The draft was then renamed from draft-moskowitz-hip-dex to draft- The draft was then renamed from draft-moskowitz-hip-dex to draft-
ietf-hip-dex. ietf-hip-dex.
12.1. Changes in draft-ietf-hip-dex-12 and 13 12.1. Changes in draft-ietf-hip-dex-14
o Changes to (Section 5.4) per Jeff Ahrenholz for Suresh Krishnan
comment
12.2. Changes in draft-ietf-hip-dex-12 and 13
o Nits from Jeff Ahrenholz (including some formatting issues) o Nits from Jeff Ahrenholz (including some formatting issues)
12.2. Changes in draft-ietf-hip-dex-11 and 12 12.3. Changes in draft-ietf-hip-dex-11 and 12
o Included more precise references to the IANA subregistries o Included more precise references to the IANA subregistries
o Addressed GEN-ART feedback from Francis Dupont o Addressed GEN-ART feedback from Francis Dupont
o Added reasoning for PFS in a separate section, and it is mentioned o Added reasoning for PFS in a separate section, and it is mentioned
also in the abstract and intro. also in the abstract and intro.
o Donald Eastlake's (secdir) nits addressed o Donald Eastlake's (secdir) nits addressed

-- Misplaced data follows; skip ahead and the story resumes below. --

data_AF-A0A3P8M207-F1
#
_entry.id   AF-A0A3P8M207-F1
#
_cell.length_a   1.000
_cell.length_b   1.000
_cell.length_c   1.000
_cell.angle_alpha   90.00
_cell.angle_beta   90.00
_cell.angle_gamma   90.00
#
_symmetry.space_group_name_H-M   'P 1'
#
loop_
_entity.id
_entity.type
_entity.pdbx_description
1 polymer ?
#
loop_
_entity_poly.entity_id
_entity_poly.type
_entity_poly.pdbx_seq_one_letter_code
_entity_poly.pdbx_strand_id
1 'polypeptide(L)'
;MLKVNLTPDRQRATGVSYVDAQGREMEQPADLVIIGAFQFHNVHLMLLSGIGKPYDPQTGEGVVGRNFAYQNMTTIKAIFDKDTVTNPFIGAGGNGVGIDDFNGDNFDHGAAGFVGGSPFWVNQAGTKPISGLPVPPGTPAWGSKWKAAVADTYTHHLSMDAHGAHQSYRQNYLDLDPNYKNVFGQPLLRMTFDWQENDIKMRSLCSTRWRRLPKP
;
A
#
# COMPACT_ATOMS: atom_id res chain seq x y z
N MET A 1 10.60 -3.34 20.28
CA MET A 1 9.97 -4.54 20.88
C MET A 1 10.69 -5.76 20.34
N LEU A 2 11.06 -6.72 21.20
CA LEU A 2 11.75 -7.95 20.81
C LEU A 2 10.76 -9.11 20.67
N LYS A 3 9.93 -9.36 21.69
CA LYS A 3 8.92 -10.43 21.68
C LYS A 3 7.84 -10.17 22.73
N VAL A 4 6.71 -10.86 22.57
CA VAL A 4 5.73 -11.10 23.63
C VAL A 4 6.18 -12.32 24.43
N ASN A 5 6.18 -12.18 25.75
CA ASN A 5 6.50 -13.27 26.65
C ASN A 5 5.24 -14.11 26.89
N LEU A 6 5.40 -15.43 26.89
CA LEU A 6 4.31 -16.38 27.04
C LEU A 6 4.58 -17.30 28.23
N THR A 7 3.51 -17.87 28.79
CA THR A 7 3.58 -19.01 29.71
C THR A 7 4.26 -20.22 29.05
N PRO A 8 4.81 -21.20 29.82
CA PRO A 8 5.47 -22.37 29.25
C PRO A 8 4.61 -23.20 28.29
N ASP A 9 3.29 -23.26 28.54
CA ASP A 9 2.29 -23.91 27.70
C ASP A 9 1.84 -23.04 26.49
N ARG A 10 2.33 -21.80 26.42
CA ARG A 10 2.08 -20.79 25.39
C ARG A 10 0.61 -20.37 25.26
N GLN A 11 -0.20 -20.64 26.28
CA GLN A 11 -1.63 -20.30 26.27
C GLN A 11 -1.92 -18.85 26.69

o Resolved IANA nits from Amanda Baber. o Resolved IANA nits from Amanda Baber.
o New sections: "Why introduce folding" (Section 3.2.1), "SECP160R1 o New sections: "Why introduce folding" (Section 3.2.1), "SECP160R1
Considered Unsafe" (Section 9.1), "Need to Validate Public Keys" Considered Unsafe" (Section 9.1), "Need to Validate Public Keys"
(Section 9.2), and "I_NONCE" (Section 5.2.6) to address Eric (Section 9.2), and "I_NONCE" (Section 5.2.6) to address Eric
Rescorla's concerns. Rescorla's concerns.
12.3. Changes in draft-ietf-hip-dex-11 12.4. Changes in draft-ietf-hip-dex-11
o Update IANA considerations as requested by Eric Envyncke o Update IANA considerations as requested by Eric Envyncke
12.4. Changes in draft-ietf-hip-dex-10 12.5. Changes in draft-ietf-hip-dex-10
o Explanations on why the document includes so many SHOULDs o Explanations on why the document includes so many SHOULDs
12.5. Changes in draft-ietf-hip-dex-09 12.6. Changes in draft-ietf-hip-dex-09
o Fixed values for o Fixed values for
* DH_GROUP_LIST * DH_GROUP_LIST
* HIT_SUITE_LIST * HIT_SUITE_LIST
to match [RFC7401]. to match [RFC7401].
12.6. Changes in draft-ietf-hip-dex-05 12.7. Changes in draft-ietf-hip-dex-05
o Clarified main differences between HIP BEX and HIP DEX in o Clarified main differences between HIP BEX and HIP DEX in
Section 1. Section 1.
o Addressed MitM attack in Section 8. o Addressed MitM attack in Section 8.
o Minor editorial changes. o Minor editorial changes.